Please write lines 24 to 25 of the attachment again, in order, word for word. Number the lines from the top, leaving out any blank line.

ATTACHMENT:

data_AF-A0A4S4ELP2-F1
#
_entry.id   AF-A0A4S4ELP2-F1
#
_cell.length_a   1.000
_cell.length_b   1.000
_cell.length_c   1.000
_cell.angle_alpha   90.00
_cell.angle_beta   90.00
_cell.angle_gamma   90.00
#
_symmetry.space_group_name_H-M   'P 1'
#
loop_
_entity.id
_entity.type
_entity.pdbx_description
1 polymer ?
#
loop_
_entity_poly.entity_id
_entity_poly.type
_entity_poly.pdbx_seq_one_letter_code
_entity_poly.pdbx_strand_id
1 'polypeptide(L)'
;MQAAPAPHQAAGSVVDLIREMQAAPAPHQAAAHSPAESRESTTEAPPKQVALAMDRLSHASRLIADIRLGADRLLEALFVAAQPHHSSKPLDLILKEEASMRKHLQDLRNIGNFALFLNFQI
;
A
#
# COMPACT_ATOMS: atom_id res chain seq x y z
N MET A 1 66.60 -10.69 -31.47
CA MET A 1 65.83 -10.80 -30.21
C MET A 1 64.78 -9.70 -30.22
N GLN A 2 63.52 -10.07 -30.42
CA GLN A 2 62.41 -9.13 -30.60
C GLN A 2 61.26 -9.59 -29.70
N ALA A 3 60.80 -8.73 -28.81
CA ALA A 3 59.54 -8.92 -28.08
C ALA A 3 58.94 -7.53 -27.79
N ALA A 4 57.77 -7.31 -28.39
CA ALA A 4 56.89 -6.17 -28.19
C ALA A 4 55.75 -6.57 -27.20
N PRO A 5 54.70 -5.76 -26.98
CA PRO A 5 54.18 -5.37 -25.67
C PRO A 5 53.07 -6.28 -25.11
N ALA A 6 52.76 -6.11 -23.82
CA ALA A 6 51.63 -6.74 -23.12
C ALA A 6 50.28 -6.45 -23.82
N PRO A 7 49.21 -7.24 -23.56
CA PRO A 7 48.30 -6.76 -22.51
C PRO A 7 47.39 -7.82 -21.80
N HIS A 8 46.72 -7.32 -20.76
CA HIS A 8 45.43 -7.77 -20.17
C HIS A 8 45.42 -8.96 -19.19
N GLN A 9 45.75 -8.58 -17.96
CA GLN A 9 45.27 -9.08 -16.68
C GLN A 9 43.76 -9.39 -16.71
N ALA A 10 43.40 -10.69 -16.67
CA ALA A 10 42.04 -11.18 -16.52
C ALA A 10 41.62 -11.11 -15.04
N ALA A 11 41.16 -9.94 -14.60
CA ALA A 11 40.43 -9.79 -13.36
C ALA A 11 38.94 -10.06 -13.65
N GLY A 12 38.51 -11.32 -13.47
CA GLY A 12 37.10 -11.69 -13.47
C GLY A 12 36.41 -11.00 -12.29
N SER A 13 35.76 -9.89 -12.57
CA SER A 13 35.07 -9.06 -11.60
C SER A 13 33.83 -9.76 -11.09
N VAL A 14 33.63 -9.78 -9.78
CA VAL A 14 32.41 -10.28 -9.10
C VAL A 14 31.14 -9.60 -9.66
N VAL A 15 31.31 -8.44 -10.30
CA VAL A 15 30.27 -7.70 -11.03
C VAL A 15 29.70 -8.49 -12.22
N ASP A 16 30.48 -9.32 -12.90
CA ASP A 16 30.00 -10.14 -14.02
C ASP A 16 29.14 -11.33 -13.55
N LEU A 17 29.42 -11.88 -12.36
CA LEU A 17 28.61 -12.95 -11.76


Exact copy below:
_entity_poly.pdbx_strand_id
1 'polypeptide(L)'